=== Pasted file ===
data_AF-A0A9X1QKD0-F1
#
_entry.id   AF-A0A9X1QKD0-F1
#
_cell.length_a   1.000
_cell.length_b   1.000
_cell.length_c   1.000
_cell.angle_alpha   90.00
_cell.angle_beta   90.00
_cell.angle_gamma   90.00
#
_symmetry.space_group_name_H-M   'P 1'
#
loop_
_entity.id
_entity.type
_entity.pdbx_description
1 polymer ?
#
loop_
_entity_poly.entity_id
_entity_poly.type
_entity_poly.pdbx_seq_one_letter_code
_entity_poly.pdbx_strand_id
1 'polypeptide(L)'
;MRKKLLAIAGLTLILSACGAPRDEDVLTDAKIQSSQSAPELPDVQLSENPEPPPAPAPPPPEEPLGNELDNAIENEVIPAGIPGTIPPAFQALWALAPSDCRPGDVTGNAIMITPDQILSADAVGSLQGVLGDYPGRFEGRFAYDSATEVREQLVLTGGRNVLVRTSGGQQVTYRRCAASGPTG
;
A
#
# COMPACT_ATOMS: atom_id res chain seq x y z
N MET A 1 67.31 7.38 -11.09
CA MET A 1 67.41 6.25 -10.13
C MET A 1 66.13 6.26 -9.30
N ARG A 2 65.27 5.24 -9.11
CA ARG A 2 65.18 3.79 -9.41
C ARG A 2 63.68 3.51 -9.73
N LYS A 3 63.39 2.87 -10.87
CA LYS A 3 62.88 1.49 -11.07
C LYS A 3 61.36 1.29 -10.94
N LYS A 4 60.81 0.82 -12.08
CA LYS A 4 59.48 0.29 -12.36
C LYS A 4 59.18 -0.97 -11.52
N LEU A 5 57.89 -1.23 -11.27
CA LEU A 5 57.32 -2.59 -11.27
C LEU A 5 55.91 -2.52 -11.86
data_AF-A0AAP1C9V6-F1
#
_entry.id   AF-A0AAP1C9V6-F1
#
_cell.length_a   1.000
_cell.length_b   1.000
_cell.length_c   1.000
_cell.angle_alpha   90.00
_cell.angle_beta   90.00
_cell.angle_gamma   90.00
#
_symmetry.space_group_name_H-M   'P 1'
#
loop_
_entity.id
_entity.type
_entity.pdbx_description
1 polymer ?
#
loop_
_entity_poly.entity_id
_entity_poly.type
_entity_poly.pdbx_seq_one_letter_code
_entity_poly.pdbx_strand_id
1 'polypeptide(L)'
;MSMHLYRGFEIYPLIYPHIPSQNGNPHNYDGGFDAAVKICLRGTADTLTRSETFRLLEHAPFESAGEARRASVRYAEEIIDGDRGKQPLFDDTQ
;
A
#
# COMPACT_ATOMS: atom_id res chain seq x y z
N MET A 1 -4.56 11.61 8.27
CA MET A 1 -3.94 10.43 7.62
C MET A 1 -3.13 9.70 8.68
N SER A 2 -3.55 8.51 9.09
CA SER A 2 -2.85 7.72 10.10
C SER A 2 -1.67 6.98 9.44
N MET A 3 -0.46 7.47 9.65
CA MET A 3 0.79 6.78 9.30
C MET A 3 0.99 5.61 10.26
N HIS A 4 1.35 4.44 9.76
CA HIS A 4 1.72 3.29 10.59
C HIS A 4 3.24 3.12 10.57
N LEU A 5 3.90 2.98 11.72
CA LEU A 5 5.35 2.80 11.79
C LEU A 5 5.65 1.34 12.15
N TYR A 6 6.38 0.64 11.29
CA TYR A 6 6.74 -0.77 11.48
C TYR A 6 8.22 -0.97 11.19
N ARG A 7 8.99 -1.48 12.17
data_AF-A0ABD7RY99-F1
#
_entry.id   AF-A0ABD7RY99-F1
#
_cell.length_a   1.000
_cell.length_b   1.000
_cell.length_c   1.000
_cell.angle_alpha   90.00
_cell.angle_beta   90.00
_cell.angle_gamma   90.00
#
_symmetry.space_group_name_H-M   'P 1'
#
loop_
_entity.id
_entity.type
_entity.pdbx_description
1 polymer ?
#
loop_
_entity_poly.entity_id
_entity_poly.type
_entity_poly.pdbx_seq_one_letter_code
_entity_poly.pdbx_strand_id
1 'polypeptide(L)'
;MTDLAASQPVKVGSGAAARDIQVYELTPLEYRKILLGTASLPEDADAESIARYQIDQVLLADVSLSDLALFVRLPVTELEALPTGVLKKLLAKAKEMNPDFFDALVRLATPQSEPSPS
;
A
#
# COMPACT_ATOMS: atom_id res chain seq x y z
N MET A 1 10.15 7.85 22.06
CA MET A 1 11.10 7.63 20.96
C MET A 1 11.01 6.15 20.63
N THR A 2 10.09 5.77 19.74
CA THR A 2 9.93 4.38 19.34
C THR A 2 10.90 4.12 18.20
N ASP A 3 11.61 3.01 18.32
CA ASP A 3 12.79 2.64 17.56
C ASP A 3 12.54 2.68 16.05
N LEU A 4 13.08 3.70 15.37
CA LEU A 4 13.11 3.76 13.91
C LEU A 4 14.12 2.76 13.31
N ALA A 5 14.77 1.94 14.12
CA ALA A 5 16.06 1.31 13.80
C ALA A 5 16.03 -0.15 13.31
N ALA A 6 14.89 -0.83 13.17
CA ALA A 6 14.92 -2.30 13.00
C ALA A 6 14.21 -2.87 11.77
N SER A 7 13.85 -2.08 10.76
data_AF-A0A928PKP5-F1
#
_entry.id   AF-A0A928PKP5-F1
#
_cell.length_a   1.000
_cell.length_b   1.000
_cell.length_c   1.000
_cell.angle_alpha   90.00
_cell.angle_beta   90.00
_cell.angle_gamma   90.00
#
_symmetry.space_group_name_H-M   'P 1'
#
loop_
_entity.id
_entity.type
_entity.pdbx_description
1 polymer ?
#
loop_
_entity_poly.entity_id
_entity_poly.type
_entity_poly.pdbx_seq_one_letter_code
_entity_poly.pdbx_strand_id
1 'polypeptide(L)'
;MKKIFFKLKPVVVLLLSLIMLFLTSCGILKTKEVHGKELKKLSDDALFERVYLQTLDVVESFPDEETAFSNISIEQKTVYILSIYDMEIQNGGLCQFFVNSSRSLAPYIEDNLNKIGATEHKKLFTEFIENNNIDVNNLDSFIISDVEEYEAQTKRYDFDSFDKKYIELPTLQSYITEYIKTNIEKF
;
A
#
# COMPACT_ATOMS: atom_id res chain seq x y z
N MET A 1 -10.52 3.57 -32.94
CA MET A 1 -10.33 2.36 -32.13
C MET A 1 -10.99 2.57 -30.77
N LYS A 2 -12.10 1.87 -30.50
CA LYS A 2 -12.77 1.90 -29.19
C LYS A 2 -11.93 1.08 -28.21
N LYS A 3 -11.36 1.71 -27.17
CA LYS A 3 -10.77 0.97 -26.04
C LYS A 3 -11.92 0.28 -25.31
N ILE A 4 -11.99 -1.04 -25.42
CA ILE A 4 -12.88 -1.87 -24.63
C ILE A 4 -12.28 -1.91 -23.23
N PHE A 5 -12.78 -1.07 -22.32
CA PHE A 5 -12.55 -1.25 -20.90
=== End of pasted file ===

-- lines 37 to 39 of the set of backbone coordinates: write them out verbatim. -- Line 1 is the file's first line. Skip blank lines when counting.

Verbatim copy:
N LYS A 3 63.39 2.87 -10.87
CA LYS A 3 62.88 1.49 -11.07
C LYS A 3 61.36 1.29 -10.94